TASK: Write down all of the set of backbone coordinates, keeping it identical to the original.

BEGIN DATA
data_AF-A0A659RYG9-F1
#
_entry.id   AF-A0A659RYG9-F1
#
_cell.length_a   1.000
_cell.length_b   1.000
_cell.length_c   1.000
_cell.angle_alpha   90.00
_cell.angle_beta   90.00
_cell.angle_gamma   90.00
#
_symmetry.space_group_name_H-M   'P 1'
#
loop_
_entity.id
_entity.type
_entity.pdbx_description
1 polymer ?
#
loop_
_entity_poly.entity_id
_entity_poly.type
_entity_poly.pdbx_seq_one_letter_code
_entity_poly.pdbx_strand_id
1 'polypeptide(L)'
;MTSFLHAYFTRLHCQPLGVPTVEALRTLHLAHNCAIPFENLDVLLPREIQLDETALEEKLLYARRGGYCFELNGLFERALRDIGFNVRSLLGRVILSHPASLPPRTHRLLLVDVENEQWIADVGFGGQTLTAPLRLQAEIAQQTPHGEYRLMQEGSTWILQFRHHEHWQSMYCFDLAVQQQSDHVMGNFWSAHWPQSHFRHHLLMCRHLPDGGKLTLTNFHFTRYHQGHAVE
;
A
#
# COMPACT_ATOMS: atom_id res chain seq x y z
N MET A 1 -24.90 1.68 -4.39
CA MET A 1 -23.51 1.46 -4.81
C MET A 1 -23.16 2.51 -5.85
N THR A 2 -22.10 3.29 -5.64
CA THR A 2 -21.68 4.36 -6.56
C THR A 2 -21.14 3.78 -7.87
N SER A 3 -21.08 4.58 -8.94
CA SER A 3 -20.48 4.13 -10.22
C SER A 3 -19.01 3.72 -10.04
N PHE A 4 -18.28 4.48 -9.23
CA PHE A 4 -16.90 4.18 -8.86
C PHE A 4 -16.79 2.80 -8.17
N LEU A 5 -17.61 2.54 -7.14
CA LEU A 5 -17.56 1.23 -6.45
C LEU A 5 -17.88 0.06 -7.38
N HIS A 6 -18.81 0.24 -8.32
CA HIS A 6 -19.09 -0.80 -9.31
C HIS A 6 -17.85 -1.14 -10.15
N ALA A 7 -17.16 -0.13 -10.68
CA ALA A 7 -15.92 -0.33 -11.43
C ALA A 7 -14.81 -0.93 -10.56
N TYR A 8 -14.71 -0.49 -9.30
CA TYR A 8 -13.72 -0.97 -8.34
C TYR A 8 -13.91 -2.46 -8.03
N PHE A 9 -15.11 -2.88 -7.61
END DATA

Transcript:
data_AF-A0A659RYG9-F1
#
_entry.id   AF-A0A659RYG9-F1
#
_cell.length_a   1.000
_cell.length_b   1.000
_cell.length_c   1.000
_cell.angle_alpha   90.00
_cell.angle_beta   90.00
_cell.angle_gamma   90.00
#
_symmetry.space_group_name_H-M   'P 1'
#
loop_
_entity.id
_entity.type
_entity.pdbx_description
1 polymer ?
#
loop_
_entity_poly.entity_id
_entity_poly.type
_entity_poly.pdbx_seq_one_letter_code
_entity_poly.pdbx_strand_id
1 'polypeptide(L)'
;MTSFLHAYFTRLHCQPLGVPTVEALRTLHLAHNCAIPFENLDVLLPREIQLDETALEEKLLYARRGGYCFELNGLFERALRDIGFNVRSLLGRVILSHPASLPPRTHRLLLVDVENEQWIADVGFGGQTLTAPLRLQAEIAQQTPHGEYRLMQEGSTWILQFRHHEHWQSMYCFDLAVQQQSDHVMGNFWSAHWPQSHFRHHLLMCRHLPDGGKLTLTNFHFTRYHQGHAVE
;
A
#
# COMPACT_ATOMS: atom_id res chain seq x y z
N MET A 1 -24.90 1.68 -4.39
CA MET A 1 -23.51 1.46 -4.81
C MET A 1 -23.16 2.51 -5.85
N THR A 2 -22.10 3.29 -5.64
CA THR A 2 -21.68 4.36 -6.56
C THR A 2 -21.14 3.78 -7.87
N SER A 3 -21.08 4.58 -8.94
CA SER A 3 -20.48 4.13 -10.22
C SER A 3 -19.01 3.72 -10.04
N PHE A 4 -18.28 4.48 -9.23
CA PHE A 4 -16.90 4.18 -8.86
C PHE A 4 -16.79 2.80 -8.17
N LEU A 5 -17.61 2.54 -7.14
CA LEU A 5 -17.56 1.23 -6.45
C LEU A 5 -17.88 0.06 -7.38
N HIS A 6 -18.81 0.24 -8.32
CA HIS A 6 -19.09 -0.80 -9.31
C HIS A 6 -17.85 -1.14 -10.15
N ALA A 7 -17.16 -0.13 -10.68
CA ALA A 7 -15.92 -0.33 -11.43
C ALA A 7 -14.81 -0.93 -10.56
N TYR A 8 -14.71 -0.49 -9.30
CA TYR A 8 -13.72 -0.97 -8.34
C TYR A 8 -13.91 -2.46 -8.03
N PHE A 9 -15.11 -2.88 -7.61